The Linux Foundation on Monday introduced the Community Data License Agreement, a new framework for sharing large sets of data required for research, collaborative learning and other purposes. CDLAs will allow both individuals and groups to share data sets in the same way they share open source software code, the foundation said. “As systems require data to learn and evolve, no one organization can build, maintain and source all data required,” noted Mike Dolan, VP of strategic programs at The Linux Foundation. “Data communities are forming around artificial intelligence and machine learning use cases, autonomous systems, and connected civil infrastructure,” he told LinuxInsider. “The CDLA license agreements enable sharing data openly, embodying best practices learned over decades of sharing source code.” The agreement could help foster an increase in data sharing across a variety of industries, supporting collaboration in climate modeling, automotive safety, energy consumption, building permit processes, water use management and other functions. Uniform Guidelines The agreement calls for two main sets of licenses, which are designed to help data contributors and consumers work with a uniform set of guidelines that clarify the rules of the road and mitigate risks. The Sharing license encourages contributions of data to the community. The Permissive license does not require any additional sharing of data. Among the commercial and creative implications of the licenses: Data producers can be more specific regarding what recipients can do with data. Data producers can choose between the Sharing and Permissive licenses, depending on which model better aligns with their needs. Either type of license gives them greater clarity of agreement terms, and provides greater protection from liability and warranties. Licenses allow communities to share data on equal terms that balance out the needs of data users and producers. Data communities can add their own rules and requirements for curating data, particularly involving personally identifiable information. A data user looking for information that will be used for training on an artificial intelligence system or for another use will have access to data shared under a known license model that has terms that are clearly spelled out. The agreements are agnostic with regard to data privacy, and it will be up to publishers and curators of data to create their own governance structure, taking into account applicable laws. Higher Learning The agreement comes at a time when technologies like machine learning and artificial intelligence are capable of analyzing data sets in ways that previously were not possible. The licensing agreements provide a framework to make data repositories uniform enough to allow accurate and replicable analysis. “The critical issues for deep learning are verification and transparency — and is the training replicable?” said Paul Teich, principal analyst at Tirias Research. Organizations often share data in order to allow other groups to try to replicate their results, he told LinuxInsider. In addition, organizations might publish data sets speculatively for other groups to process — and potentially pick a vendor for advanced analytics, depending on how well different algorithms worked on a particular data set. “The new Community Data License from The Linux Foundation reflects the growing importance of information as a resource for big data analytics, machine learning and artificial intelligence,” said Charles King, principal analyst at Pund-IT. “In essence, data provides the fuel required for processes, including ‘teaching’ systems to accurately perform complex functions and analyze ongoing occurrences,” he told LinuxInsider. Rising Demand There has been a surge in the level of interest in data sets in recent years, noted Mark Radcliffe, global chair of the FOSS Global Practice Group at DLA Piper. For example, connected cars can provide a wealth of data, including GPS, miles per hour and music playlist information, he told LinuxInsider. Internet of Things devices could provide information like boiler temperatures, or wind speeds from wind farms. CDLAs will encourage a more uniform process for sharing such data. “These license agreements [could be] very, very helpful,” Radcliffe said, “because in many cases people are doing this on an ad hoc basis.” The legal protection available for data is very fragmented and very uncertain, he pointed out. “It’s not an area that has had [much] case law involved. In many cases you have a very uncertain background in which to work.” The Open Transport Partnership, which is backed by the World Bank, has been working since 2016 to collect GPS streams in order to research traffic congestion, particularly during peak commute times. The partnership launched an effort last year with a number of organizations, including the World Resources Institute, the National Association of City Transportation Officials, ride-sharing firms like Grab and Easy Taxi, open mapping firm Mapzen, data platforms like MDrive, and other firms. The World Bank collaborated with Grab, with backing from the Korea Green Growth Trust Fund, to use anonymized GPS data from 500,000 Grab drivers to map out peak congestion times in Manila. The program was scheduled to expand to other countries like Brazil, Malaysia and Columbia. Source: technewsworld.com, by David Jones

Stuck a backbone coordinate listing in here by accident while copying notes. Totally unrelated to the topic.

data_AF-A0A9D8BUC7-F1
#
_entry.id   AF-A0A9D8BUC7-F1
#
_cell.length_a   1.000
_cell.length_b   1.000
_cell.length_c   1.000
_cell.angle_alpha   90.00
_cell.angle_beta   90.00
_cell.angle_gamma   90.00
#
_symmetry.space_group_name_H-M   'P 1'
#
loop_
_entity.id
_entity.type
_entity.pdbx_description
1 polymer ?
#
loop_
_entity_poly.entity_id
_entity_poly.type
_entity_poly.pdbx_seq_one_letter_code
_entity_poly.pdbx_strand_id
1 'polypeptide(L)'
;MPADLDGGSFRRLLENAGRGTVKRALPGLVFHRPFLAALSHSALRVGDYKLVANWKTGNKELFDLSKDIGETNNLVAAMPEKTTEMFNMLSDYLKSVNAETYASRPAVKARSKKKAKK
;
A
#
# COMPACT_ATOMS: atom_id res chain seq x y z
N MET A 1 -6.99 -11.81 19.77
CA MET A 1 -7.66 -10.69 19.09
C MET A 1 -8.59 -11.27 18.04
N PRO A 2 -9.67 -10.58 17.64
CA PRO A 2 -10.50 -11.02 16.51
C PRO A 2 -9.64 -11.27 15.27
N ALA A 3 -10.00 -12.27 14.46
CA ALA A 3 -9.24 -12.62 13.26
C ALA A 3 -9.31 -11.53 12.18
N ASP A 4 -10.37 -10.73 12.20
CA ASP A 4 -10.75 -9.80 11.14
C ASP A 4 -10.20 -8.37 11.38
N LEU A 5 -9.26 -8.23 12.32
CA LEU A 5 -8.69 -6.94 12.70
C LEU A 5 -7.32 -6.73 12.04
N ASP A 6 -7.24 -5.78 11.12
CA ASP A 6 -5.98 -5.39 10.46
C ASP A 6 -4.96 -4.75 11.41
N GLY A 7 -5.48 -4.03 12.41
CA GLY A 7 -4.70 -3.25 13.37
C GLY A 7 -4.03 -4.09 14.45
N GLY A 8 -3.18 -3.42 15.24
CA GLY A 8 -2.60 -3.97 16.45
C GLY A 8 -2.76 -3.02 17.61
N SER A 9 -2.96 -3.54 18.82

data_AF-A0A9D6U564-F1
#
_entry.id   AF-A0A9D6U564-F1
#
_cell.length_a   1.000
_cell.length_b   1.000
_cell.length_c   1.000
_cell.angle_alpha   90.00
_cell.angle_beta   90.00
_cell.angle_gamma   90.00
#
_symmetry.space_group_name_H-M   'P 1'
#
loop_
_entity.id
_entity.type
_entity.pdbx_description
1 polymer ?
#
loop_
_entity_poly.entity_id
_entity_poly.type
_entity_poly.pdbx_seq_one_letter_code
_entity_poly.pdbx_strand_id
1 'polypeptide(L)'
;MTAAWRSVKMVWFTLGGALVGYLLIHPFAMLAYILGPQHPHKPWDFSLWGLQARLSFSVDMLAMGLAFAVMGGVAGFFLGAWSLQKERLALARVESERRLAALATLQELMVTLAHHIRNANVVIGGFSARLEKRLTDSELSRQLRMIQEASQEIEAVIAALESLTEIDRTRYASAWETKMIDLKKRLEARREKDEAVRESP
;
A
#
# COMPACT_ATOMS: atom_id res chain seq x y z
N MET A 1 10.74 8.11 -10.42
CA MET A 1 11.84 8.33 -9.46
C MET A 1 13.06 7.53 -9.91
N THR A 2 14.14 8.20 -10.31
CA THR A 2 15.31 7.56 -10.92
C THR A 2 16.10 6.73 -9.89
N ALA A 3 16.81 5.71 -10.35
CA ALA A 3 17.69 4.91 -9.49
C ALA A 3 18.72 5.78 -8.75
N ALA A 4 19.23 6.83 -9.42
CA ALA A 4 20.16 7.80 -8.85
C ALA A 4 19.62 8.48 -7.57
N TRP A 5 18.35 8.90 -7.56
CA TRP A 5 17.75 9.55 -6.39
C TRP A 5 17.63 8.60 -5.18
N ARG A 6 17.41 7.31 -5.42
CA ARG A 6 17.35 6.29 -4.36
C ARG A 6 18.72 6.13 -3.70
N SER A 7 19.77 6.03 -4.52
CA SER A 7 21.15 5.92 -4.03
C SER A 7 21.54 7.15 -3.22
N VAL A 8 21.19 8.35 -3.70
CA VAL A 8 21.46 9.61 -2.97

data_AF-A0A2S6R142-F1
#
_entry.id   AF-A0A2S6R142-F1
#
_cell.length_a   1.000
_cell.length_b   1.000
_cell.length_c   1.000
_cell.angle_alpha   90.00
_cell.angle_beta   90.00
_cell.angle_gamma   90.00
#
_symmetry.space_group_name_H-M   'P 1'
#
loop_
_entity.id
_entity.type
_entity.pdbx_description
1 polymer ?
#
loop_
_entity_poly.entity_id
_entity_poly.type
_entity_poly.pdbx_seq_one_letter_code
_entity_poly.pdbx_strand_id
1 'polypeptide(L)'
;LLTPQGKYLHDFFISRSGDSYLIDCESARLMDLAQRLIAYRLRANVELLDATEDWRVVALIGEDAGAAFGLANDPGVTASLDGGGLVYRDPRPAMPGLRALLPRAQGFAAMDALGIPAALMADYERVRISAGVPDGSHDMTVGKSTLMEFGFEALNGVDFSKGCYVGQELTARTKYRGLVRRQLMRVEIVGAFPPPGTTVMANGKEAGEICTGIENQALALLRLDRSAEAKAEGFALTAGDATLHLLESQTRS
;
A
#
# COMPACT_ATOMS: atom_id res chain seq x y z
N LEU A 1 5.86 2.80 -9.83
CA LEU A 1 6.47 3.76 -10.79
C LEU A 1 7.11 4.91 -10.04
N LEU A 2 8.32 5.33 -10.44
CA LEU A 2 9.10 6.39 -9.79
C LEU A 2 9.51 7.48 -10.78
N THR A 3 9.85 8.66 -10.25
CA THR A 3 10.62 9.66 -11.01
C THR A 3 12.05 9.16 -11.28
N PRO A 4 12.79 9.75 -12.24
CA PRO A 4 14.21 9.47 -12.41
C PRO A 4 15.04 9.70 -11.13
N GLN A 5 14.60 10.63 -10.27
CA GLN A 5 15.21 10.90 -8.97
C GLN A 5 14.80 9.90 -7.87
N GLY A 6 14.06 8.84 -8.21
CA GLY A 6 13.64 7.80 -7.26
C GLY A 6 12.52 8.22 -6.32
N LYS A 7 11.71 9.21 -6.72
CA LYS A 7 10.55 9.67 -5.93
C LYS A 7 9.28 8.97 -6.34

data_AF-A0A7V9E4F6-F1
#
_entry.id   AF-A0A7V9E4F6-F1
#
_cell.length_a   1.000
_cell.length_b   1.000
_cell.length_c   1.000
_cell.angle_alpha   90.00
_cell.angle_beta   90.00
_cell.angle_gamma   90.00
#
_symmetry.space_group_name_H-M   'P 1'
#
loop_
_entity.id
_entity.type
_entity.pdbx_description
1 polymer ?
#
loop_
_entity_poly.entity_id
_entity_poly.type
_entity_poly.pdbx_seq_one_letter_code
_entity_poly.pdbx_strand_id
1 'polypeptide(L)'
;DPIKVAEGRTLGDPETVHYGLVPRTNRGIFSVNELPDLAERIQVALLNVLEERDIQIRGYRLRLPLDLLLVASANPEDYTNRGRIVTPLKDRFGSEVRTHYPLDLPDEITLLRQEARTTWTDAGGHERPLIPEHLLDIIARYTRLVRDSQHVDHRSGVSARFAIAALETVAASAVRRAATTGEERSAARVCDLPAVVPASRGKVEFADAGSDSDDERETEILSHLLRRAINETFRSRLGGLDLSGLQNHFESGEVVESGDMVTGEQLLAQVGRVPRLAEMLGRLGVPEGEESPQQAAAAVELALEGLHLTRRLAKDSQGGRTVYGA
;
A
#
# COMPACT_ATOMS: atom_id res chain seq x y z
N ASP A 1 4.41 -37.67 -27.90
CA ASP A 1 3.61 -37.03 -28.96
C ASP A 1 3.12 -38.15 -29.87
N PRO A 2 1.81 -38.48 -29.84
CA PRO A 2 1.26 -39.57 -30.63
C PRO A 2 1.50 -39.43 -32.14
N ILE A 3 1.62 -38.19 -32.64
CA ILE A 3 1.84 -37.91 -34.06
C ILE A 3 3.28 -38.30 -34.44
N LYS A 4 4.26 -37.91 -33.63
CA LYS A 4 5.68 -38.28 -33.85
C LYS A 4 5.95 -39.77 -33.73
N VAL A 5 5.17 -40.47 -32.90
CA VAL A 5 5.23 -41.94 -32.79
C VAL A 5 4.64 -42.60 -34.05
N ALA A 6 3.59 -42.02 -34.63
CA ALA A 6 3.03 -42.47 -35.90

I did a deep dive into the features in Microsoft Teams, which is essentially a collaborative chat application for Office users (a.k.a., a Slack competitor). I wanted to find out what it’s like to use Teams with an actual team for actual work. Fortunately, I’ve started doing some work with a local college — I’m mostly there to help with mentoring and development. It’s a team of around 12 people, and I’ll have more findings to share in the coming weeks, but there’s one initial concern. I’m starting to wonder if people will “get” how to use Teams. I set up the basic team channel and have added a few folks. I’ve shared a few files, and poked around with many of the features. A colleague has helped share files as well, and we’ve chatted several times about some of the projects we’re working on together. Teams has one major benefit, of course. Everyone that is already provisioned to use Office 365 at the college is one click away from accessing Teams. With Slack and other apps like Convo, you have to add the user, which is not a Herculean step by any means. It takes about a minute. Yet, since I’ve used Slack for many years, I know that there are times when team members share a link to someone who is not on Slack and it leads to some confusion. What is Slack? What does it do? People don’t know. Teams is more integrated. Once, in my early testing, I shared a link out of a Teams channel, and the user was able to access Teams using her browser as though it was already installed on her desktop. All of the provisioning was in place to make it work, and to her, it all appeared fluid and easy. That’s one big perk. However, once the user jumped into a chat, things sort of broke down. Microsoft built Teams to scale with an enterprise. In Slack, I’m part of multiple teams, but they are not connected at all. In fact, they all use a different URL in my browser. I can switch between them using a drop-down menu, but it’s still clunky and the chat messages are not related to one another. In Teams, you can have multiple teams and switch between them in a column. The chat messages are separate, though. I can be part of the marketing team and the recruitment team but the chat window stays the same. (When I asked a Microsoft rep about this, she said it was an intentional approach to help with scale.) You might think of this as an advantage, but it has led to some initial confusion. In Slack, the chat is what I would call “in line” — it’s just below the channel list. I can click on any name in a channel and start chatting on the same screen. When I go to my main view in Slack, I can quickly see who has chatted with me because the chat and channel links are bolded. It’s quick and easy. All of my channel and individual chats are in on view. In Teams, the chat stream is a button. I can see my teams or my chats, but not both in the same view. It might seem minor, but it’s caused confusion. Is it easy to miss a chat message? Yes. Maybe there’s more to configure here, but I’m not seeing any way to mimic the main channel and chat view of Slack. I could see teams getting frustrated when they miss individual messages. People are too lazy to click on buttons at times. Slack and Convo do a better job of showing chat messages. Convo uses a pop-up window that overlays on top of the main team channels. It’s possible Microsoft wasn’t able to mimic exactly how Slack and Convo work — it could look like they “borrowed” that feature or just didn’t code things that way. More importantly, I’m not loving the Teams interface in general. There’s a lot of noise. Convo and Slack, the two apps I use on a daily basis, are clean and user-friendly. Teams might be more powerful — I love the animated GIFs and Skype calls, anyway — but it is also more confusing. In theory, you could have as many as 25 different tabs in a Teams channel, one for Word and Excel and everything else you use. What is the difference between the Activity tab and the Teams tab? People don’t seem to know or care. Why is there are separate Files tab? I like seeing files in-line as part of a conversation, which is how it works in Slack. In Teams, you can attach files within a conversation as well, but this flexibility of using a Files tab and button could also cause a lot of confusion. Overall, communication has to be streamlined to be effective. Slack is a glorified text messaging app, but that’s one of the reasons it is so effective and popular. Anyone can use it. In Teams, you see a chat tab, a files tab, an activity tab — the main screen looks cluttered and confusing. There are too many buttons and tabs. I also don’t care about meetings. Few people will bother starting a meeting from teams. (Worse yet, if someone is not already provisioned on Office for your company, they can’t use Teams.) Is it a back to the drawing board moment for Microsoft? Not really. Sometimes, what is included as part of an ecosystem becomes the tool of choice, and Microsoft will eventually iron out the problems. For now, the app is not quite working like it should. Source: computerworld.com, John Brandon